With this eating plan, you’ll shift from relying on carbs for fuel to using fat as an energy source and letting your liver break it down into ketones.
Ketosis occurs when your body’s carb stores are depleted and it has turned to burn stored fats instead of glucose for its primary fuel source.
You can enter ketosis by fasting or following a very strict LCHF diet with little to no calories coming from carbohydrates each day.
Much like any other nutrition approach, the ketogenic diet does not do any magic with your body and has its pros and cons.
For this reason, you must set clear, realistic goals and see how the ketogenic diet matches those.
If You’re Trying to Lose Fat…
- Aim for a moderate caloric deficit of 400-500 calories per day (Losing ~500gm of body weight per week)
- Get ~1g -1.5g of protein per 500gm of bodyweight
- Feel satiated and have energy throughout the day
If you don’t set these 3 primary goals, your ketogenic plan will suffer.
If You’re Trying to Gain Muscle…
- Aim for a moderate caloric surplus of 200-300 calories per day
- Get at least 1g of protein per 500gm of bodyweight
- Train with progressively increasing weights, reps and sets
Setting The Calories
“A Caloric Deficit? … a SURPLUS? What’s that…?”
Alright, hold up… If you’re not familiar with this, let’s rehearse this very important information once again.
The human body is a community of trillions of cells that make up various organs and systems.
All of this biological mass needs a certain amount of energy each day to function properly and maintain its mass.
That amount of energy is referred to as the “Total daily energy expenditure (Shortly TDEE) and depends on the following factors:
- Non-training activity
- Training activity
- The food you eat (Yes, food takes energy to digest!)
If you eat more calories than your TDEE (eating in a surplus), the excess amount of energy will be stored as body mass (either fat, muscle, or both, depending on training stimulus).
This is what you want to do if you’re trying to gain muscle mass because eating more than your TDEE will provide the required energy for your body to build more mass.
On the other hand, if you eat less than your TDEE, your body enters a calorie deficit and starts to grab some extra fuel from its fat stores for an alternative source of energy.
This is exactly what we want for weight loss, and is also the process behind keto’s fat-burning effects.
NOTE: At equated calories, the ketogenic diet would not be superior for weight loss, compared to other diets, though it makes the body burn mainly fat.
Suggested use This to Calculate Your Calories: https://www.traininginthebay.com/macro-calculator/
After setting your calorie goals, it is time to set your macronutrients, in this case, mostly protein and fats!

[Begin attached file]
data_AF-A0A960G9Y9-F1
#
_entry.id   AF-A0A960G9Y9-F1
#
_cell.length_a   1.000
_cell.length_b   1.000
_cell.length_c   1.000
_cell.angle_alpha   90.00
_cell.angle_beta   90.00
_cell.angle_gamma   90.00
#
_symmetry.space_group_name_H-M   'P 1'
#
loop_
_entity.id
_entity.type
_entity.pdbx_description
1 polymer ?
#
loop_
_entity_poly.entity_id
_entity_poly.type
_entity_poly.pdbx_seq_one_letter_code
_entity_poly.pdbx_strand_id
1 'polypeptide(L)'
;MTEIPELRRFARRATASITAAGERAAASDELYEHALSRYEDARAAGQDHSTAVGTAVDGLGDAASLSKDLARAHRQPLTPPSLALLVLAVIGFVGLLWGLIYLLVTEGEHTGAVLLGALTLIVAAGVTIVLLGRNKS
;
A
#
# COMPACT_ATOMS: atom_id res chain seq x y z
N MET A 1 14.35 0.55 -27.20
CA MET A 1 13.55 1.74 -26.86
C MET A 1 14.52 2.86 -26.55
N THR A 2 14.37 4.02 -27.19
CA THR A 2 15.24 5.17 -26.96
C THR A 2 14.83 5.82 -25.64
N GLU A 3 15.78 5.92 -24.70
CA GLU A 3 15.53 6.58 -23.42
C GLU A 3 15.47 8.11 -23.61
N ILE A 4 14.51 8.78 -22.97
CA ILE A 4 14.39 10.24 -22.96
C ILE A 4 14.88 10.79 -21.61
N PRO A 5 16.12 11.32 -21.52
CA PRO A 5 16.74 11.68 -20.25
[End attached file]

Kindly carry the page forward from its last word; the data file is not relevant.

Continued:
Here are the general rules of thumb:
On a ketogenic diet, get around 1g -1.5 g of protein per kg of bodyweight
Get 95% of the remaining calories from fat
Get the remaining calories from carbs
- TDEE – 2500
- Weight – 200 lbs.
- Weight Loss Calories: 2000
- Protein: 200 grams (800 calories, because protein has 4 calories per gram)
- Fats: 120g (1080 calories, because fats have 9 calories per gram)
- Remaining Calories for Carbs: 120 (30 grams of carbs, because carbs have 4 calories per gram)
Choosing The Foods
After having set the calorie and macronutrient targets, it is time to get to the more important part – Actually choosing the foods you are going to eat.
This part is not only important for the ketogenic diet, but any other nutrition approach you choose to follow.
Do your best to eat whole foods and avoid processed “food-like” products that are packed full of preservatives and artificial ingredients.
Also, keep in mind that this doesn’t mean you have to give up all sweet treats forever… You can treat yourself every now and then, as long as the balance is in favour of nutrient-dense, protein & fat-rich whole foods.
Here are the 10 best foods to include in your ketogenic meal plan:
- Grass-fed beef (preferably) or another type of fatty meat
- Dark chocolate
- Nuts and seeds – especially macadamia nuts, pecans, walnuts, almonds, flaxseed, chia seeds
If you don’t like carbohydrates and are looking to adopt a sustainable nutrition approach, then keto might just be your next best decision!
Keep in mind however that in terms of training performance, the lack of carbohydrates may be a disadvantage, due to carbs’ ability to quickly and efficiently provide energy for high-intensity performance. Tools to assist with Macros here
Have YOU tried the ketogenic diet? Share your experience!
If you missed Part 1 you can find it here